Many Americans tried to improve their health by following the guidelines. In particular, margarine was recommended to replace butter because it did not contain saturated fat as butter does. Margarine consumption rose from 8 pounds consumed per person annually in the 1950s to nearly 11 pounds in the early 1990s while butter consumption dropped from 9 pounds to only 4.6 pounds during the same period. Unfortunately for those who had switched to margarine, studies in the late 1990s indicated that trans fat, contained in hydrogenated vegetable oil which was the main component of margarine, can lead to a higher risk of heart disease. According to these later studies, the government had actually promoted an unhealthy food.

As more conclusive evidence warning of the nutritional dangers of margarine became available, many consumers switched back to butter. Without the need for extensive government reports, meetings, and expenditures, individuals simply chose food that they believed was more healthy. In response to the decreased demand for food containing trans fat, food manufacturers found ways to avoid using hydrogenated vegetable oil in products like margarine. The decrease in consumption of trans fats in the United States has not been due to any government action; instead, individuals chose what they wanted and the market responded.

Despite this clear example of how the market can function when people make their own dietary decisions, bureaucrats continue to interfere. Perhaps one reason for this is the pressure exerted on government by agribusiness. It is very profitable for food manufactures to use the government as a tool to promote their products. Certainly the margarine manufacturers were pleased by the government's advocacy of a diet low in saturated fat. In 2013 agribusiness spent 150 million dollars in lobbying, mostly to promote increased subsidies or beneficial legislation.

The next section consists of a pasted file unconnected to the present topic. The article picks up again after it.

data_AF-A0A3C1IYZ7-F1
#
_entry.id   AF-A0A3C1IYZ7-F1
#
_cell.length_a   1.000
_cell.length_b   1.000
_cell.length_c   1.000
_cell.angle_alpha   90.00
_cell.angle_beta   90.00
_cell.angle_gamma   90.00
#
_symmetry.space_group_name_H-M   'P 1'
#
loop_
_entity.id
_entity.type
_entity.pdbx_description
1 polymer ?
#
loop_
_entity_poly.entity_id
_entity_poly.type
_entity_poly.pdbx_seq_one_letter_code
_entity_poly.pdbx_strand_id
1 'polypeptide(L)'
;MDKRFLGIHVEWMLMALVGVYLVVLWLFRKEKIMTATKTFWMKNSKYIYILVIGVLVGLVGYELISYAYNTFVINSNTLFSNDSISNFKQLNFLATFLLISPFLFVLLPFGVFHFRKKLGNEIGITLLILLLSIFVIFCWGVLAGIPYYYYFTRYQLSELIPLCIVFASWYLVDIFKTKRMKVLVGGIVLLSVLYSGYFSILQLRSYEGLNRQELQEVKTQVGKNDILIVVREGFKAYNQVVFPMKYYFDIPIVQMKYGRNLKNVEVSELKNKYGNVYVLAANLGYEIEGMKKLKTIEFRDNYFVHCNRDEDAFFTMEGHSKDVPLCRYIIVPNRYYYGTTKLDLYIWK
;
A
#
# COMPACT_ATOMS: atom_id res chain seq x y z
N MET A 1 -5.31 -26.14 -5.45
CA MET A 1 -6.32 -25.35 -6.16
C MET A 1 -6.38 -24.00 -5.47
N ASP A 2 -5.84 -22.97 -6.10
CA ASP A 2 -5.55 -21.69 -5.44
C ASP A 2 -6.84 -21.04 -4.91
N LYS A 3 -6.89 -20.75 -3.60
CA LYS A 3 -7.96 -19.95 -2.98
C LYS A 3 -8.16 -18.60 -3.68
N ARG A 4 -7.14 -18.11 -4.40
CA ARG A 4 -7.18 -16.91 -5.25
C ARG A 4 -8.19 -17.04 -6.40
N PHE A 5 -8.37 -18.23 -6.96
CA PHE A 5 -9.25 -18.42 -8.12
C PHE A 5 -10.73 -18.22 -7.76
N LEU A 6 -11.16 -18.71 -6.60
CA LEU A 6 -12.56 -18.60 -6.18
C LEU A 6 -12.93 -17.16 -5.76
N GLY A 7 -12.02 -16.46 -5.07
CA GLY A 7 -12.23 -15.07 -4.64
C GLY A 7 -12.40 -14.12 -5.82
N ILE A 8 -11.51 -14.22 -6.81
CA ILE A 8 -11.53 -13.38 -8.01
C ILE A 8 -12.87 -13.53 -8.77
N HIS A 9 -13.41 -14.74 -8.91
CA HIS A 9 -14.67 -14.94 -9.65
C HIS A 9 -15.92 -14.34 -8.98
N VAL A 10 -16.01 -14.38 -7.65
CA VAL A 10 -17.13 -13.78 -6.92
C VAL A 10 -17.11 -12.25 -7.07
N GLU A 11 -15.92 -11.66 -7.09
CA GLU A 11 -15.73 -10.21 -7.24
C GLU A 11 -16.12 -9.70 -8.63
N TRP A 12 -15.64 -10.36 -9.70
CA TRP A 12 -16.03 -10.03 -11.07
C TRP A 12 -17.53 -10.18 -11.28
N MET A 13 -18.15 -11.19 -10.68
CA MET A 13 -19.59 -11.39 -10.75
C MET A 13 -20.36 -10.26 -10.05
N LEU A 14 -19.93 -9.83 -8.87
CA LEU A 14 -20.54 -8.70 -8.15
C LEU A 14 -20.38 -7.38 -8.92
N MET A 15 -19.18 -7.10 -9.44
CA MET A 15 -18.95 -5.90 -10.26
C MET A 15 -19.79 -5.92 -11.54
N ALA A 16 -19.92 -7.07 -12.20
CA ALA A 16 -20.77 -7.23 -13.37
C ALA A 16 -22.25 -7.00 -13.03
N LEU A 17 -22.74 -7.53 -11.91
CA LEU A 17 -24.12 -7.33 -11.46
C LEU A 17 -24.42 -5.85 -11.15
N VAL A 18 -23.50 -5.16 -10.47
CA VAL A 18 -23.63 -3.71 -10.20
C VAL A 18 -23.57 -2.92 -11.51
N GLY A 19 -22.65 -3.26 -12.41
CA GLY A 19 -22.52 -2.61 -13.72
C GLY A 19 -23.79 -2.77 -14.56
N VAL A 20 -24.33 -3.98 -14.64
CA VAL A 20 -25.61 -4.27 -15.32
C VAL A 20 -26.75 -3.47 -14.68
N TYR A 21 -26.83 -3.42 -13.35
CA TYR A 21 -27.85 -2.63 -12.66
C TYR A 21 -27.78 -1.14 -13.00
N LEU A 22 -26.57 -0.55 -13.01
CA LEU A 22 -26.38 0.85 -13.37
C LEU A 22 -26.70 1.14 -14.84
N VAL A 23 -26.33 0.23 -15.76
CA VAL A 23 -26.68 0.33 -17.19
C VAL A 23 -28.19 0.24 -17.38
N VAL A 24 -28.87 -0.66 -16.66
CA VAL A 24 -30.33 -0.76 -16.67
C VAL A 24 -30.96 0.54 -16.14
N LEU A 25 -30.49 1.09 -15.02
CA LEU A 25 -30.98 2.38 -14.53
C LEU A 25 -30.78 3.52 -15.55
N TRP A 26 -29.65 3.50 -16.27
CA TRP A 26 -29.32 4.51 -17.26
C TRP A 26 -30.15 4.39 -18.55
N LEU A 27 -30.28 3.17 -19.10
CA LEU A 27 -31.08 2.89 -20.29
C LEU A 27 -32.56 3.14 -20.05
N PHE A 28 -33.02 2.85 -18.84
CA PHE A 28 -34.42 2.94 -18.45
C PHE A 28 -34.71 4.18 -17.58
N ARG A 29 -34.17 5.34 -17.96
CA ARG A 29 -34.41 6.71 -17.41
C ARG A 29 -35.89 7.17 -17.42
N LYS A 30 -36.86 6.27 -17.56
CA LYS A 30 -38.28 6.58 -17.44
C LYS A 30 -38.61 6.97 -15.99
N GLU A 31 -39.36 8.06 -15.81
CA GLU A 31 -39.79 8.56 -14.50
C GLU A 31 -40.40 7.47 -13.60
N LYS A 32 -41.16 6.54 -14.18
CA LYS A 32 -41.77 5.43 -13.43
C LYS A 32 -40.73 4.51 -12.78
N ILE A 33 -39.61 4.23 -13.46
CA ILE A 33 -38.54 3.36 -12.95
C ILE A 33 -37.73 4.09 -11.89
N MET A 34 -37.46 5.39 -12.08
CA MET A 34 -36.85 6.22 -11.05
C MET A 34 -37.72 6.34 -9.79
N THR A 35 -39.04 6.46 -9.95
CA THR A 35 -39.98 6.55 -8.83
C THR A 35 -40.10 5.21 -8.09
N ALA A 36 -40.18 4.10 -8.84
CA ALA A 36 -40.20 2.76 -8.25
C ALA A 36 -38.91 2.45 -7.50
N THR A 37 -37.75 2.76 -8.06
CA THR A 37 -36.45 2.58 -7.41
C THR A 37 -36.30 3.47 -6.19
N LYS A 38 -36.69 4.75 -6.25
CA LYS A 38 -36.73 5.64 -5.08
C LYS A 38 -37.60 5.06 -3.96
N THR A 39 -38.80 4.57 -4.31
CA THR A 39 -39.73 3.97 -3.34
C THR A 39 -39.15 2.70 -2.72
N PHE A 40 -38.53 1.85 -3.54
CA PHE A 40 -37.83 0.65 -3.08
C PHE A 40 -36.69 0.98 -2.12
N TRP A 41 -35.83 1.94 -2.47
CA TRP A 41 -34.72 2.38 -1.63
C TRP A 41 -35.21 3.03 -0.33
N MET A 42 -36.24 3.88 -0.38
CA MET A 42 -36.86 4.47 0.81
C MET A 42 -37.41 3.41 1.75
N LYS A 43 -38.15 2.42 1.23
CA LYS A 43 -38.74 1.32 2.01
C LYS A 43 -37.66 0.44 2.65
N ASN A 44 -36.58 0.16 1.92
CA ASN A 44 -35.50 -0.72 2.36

Policies designed to influence food choices are also another step in the erosion of individuals' rights and personal responsibility. Governments tend to create one-size-fits-all policies, not taking into account the health conditions, finances, or personal preferences of individuals. This is illustrated in the proposed bill of New York State Assemblyman Felix Ortiz banning the use of salt in any restaurant kitchen in the state, which was mentioned by John Stossel in both his recent TV program, "Myths, Lies, and Complete Stupidity," and his book, No, They Can't. Starting with the New Deal in the 1930s, government programs have fostered dependence and allowed individuals to look to the government for solutions to their problems rather than to depend on their own abilities.

The American government's efforts to improve its citizens' diets have restricted individual liberty and, while some programs have been helpful in improving the health of small portions of the population, many, like the low-fat diet, have been failures. For thousands of years people have known, without the help of any government programs, what to eat. Today is no different. In a free market, an individual's self-interest can guide him to make the best dietary choices. It is not necessary for governments to undertake the task of trying to keep people healthy; moreover, they have shown themselves to be incapable of this task.